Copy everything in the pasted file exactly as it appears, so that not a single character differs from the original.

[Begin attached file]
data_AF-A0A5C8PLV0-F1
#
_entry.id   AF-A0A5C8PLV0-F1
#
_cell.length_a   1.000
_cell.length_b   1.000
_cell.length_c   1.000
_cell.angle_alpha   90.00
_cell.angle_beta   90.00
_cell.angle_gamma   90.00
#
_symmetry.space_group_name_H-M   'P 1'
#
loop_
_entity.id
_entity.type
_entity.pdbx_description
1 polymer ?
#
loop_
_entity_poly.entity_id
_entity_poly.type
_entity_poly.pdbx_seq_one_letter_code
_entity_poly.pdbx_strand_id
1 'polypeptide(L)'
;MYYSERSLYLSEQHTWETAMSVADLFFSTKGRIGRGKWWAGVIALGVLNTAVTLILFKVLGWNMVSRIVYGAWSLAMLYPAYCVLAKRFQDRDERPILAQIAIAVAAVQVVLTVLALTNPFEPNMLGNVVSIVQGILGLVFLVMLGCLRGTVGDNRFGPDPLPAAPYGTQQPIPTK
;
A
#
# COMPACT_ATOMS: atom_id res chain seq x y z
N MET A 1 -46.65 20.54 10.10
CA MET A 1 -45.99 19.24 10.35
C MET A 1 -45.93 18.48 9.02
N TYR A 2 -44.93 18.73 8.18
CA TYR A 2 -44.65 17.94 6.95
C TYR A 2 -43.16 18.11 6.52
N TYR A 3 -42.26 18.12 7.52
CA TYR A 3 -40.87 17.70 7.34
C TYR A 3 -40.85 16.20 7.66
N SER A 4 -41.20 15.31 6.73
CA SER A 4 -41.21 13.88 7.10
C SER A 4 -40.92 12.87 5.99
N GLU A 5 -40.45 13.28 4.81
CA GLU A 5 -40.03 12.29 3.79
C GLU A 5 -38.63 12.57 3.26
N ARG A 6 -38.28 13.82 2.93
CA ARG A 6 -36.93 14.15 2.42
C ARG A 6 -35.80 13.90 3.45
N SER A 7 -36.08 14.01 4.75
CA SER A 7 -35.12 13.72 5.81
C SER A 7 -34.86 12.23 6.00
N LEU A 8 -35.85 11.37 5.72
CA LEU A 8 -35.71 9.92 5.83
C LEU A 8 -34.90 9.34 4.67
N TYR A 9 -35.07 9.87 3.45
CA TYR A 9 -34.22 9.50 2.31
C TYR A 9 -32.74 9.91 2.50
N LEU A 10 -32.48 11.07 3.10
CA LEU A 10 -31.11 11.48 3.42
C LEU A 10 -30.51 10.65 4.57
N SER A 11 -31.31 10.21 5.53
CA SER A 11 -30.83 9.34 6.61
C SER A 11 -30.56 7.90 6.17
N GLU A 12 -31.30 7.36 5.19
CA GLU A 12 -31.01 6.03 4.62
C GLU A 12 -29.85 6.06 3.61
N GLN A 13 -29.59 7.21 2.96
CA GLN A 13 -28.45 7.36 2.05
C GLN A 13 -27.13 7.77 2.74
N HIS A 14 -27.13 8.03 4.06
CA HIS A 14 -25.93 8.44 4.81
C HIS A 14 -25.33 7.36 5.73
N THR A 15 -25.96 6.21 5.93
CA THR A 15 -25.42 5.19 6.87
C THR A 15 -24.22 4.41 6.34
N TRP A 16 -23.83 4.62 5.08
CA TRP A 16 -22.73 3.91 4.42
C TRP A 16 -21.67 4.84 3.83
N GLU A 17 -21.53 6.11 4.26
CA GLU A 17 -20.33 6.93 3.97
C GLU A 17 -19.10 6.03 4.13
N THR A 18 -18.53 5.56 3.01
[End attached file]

data_AF-A0A5C8PLV0-F1
#
_entry.id   AF-A0A5C8PLV0-F1
#
_cell.length_a   1.000
_cell.length_b   1.000
_cell.length_c   1.000
_cell.angle_alpha   90.00
_cell.angle_beta   90.00
_cell.angle_gamma   90.00
#
_symmetry.space_group_name_H-M   'P 1'
#
loop_
_entity.id
_entity.type
_entity.pdbx_description
1 polymer ?
#
loop_
_entity_poly.entity_id
_entity_poly.type
_entity_poly.pdbx_seq_one_letter_code
_entity_poly.pdbx_strand_id
1 'polypeptide(L)'
;MYYSERSLYLSEQHTWETAMSVADLFFSTKGRIGRGKWWAGVIALGVLNTAVTLILFKVLGWNMVSRIVYGAWSLAMLYPAYCVLAKRFQDRDERPILAQIAIAVAAVQVVLTVLALTNPFEPNMLGNVVSIVQGILGLVFLVMLGCLRGTVGDNRFGPDPLPAAPYGTQQPIPTK
;
A
#
# COMPACT_ATOMS: atom_id res chain seq x y z
N MET A 1 -46.65 20.54 10.10
CA MET A 1 -45.99 19.24 10.35
C MET A 1 -45.93 18.48 9.02
N TYR A 2 -44.93 18.73 8.18
CA TYR A 2 -44.65 17.94 6.95
C TYR A 2 -43.16 18.11 6.52
N TYR A 3 -42.26 18.12 7.52
CA TYR A 3 -40.87 17.70 7.34
C TYR A 3 -40.85 16.20 7.66
N SER A 4 -41.20 15.31 6.73
CA SER A 4 -41.21 13.88 7.10
C SER A 4 -40.92 12.87 5.99
N GLU A 5 -40.45 13.28 4.81
CA GLU A 5 -40.03 12.29 3.79
C GLU A 5 -38.63 12.57 3.26
N ARG A 6 -38.28 13.82 2.93
CA ARG A 6 -36.93 14.15 2.42
C ARG A 6 -35.80 13.90 3.45
N SER A 7 -36.08 14.01 4.75
CA SER A 7 -35.12 13.72 5.81
C SER A 7 -34.86 12.23 6.00
N LEU A 8 -35.85 11.37 5.72
CA LEU A 8 -35.71 9.92 5.83
C LEU A 8 -34.90 9.34 4.67
N TYR A 9 -35.07 9.87 3.45
CA TYR A 9 -34.22 9.50 2.31
C TYR A 9 -32.74 9.91 2.50
N LEU A 10 -32.48 11.07 3.10
CA LEU A 10 -31.11 11.48 3.42
C LEU A 10 -30.51 10.65 4.57
N SER A 11 -31.31 10.21 5.53
CA SER A 11 -30.83 9.34 6.61
C SER A 11 -30.56 7.90 6.17
N GLU A 12 -31.30 7.36 5.19
CA GLU A 12 -31.01 6.03 4.62
C GLU A 12 -29.85 6.06 3.61
N GLN A 13 -29.59 7.21 2.96
CA GLN A 13 -28.45 7.36 2.05
C GLN A 13 -27.13 7.77 2.74
N HIS A 14 -27.13 8.03 4.06
CA HIS A 14 -25.93 8.44 4.81
C HIS A 14 -25.33 7.36 5.73
N THR A 15 -25.96 6.21 5.93
CA THR A 15 -25.42 5.19 6.87
C THR A 15 -24.22 4.41 6.34
N TRP A 16 -23.83 4.62 5.08
CA TRP A 16 -22.73 3.91 4.42
C TRP A 16 -21.67 4.84 3.83
N GLU A 17 -21.53 6.11 4.26
CA GLU A 17 -20.33 6.93 3.97
C GLU A 17 -19.10 6.03 4.13
N THR A 18 -18.53 5.56 3.01